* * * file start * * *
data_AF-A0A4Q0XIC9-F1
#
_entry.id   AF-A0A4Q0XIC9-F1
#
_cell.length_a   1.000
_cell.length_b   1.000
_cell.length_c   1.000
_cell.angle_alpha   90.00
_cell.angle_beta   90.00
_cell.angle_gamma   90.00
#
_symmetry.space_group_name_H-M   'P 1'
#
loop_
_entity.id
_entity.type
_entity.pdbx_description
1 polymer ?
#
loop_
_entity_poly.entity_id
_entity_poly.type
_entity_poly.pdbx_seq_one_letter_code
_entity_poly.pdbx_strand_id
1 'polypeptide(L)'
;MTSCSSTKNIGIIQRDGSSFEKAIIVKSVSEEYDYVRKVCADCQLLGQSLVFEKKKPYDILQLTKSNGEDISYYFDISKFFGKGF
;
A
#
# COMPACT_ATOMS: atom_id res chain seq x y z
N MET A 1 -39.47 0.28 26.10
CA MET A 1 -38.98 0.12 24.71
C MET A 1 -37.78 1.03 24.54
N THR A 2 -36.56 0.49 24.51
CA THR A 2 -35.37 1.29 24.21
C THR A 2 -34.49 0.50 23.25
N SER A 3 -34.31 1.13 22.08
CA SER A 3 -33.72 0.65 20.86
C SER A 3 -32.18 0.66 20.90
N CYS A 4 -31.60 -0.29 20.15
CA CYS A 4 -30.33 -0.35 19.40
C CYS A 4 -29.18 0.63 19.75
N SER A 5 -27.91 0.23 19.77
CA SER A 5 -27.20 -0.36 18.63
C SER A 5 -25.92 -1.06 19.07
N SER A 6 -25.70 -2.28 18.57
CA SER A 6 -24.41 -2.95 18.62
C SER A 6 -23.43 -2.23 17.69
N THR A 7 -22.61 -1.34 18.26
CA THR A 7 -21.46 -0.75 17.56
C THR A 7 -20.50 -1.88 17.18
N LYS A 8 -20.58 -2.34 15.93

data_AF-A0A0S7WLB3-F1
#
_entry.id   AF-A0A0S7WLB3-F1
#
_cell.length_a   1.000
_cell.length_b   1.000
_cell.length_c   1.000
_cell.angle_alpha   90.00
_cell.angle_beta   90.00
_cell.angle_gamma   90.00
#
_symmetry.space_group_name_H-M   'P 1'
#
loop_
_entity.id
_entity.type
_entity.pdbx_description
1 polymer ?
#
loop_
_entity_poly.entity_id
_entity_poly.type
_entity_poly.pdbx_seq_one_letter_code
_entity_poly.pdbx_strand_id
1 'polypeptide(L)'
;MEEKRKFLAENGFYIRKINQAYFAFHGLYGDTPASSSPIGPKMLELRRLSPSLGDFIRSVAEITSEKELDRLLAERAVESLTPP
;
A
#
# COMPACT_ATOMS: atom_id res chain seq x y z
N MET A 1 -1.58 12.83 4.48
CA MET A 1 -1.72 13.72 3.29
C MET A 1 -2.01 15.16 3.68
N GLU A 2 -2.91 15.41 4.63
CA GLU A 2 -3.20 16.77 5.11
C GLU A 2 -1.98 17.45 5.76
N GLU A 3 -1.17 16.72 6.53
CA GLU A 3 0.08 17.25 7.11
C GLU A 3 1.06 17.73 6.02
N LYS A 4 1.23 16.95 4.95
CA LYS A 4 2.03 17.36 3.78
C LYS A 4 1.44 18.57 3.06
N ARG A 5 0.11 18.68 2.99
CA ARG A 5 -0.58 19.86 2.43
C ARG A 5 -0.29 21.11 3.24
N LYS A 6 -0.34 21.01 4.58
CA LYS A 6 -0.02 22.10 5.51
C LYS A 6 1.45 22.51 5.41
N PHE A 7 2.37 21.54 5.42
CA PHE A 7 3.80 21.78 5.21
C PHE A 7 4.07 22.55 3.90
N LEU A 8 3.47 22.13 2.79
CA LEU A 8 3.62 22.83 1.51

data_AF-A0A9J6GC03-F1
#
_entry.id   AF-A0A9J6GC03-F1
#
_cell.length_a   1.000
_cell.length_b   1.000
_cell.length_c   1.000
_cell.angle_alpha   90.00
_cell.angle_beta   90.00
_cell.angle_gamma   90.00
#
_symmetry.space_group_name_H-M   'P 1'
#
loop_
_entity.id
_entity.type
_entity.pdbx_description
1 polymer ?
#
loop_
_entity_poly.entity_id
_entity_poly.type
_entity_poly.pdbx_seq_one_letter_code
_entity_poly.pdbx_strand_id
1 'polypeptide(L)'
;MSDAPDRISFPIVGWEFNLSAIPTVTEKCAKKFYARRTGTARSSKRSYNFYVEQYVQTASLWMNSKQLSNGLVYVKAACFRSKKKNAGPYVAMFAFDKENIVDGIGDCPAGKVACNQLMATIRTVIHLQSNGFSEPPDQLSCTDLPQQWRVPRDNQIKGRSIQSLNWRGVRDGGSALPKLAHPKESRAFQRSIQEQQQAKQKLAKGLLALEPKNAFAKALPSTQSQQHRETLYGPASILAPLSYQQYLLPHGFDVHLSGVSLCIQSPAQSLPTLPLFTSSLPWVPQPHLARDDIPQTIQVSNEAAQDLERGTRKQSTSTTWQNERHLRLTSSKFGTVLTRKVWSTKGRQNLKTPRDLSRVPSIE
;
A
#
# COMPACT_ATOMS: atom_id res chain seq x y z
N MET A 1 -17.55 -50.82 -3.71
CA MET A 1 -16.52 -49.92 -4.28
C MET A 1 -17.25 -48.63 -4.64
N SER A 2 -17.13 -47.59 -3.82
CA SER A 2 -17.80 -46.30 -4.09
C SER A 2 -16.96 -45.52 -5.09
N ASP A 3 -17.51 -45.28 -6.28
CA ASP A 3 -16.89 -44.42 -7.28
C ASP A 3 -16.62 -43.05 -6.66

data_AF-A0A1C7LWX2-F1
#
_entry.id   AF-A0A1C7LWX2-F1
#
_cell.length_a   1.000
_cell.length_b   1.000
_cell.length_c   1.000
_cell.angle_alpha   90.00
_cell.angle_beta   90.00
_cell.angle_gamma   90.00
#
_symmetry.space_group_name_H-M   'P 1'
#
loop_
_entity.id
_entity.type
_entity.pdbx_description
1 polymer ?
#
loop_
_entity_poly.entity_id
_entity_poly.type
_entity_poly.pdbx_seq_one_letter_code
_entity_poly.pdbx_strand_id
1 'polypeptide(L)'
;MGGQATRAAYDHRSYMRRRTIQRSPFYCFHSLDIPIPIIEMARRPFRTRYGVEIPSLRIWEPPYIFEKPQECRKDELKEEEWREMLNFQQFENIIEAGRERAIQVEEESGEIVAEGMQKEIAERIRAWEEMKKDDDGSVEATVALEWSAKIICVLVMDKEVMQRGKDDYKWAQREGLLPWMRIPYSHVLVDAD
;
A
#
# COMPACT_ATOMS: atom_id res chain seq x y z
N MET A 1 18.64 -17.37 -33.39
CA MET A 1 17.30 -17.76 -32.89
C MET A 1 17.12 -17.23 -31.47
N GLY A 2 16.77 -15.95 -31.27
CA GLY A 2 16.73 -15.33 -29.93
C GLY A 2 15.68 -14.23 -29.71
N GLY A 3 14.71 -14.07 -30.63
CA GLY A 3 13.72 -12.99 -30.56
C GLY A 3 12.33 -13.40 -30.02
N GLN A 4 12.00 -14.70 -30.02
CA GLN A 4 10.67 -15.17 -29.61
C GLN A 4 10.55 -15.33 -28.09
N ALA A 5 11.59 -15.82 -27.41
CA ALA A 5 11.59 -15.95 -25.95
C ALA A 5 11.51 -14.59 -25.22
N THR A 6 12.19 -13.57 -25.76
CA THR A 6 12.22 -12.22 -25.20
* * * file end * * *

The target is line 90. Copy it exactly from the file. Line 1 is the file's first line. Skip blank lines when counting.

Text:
CA GLU A 3 0.08 17.25 7.11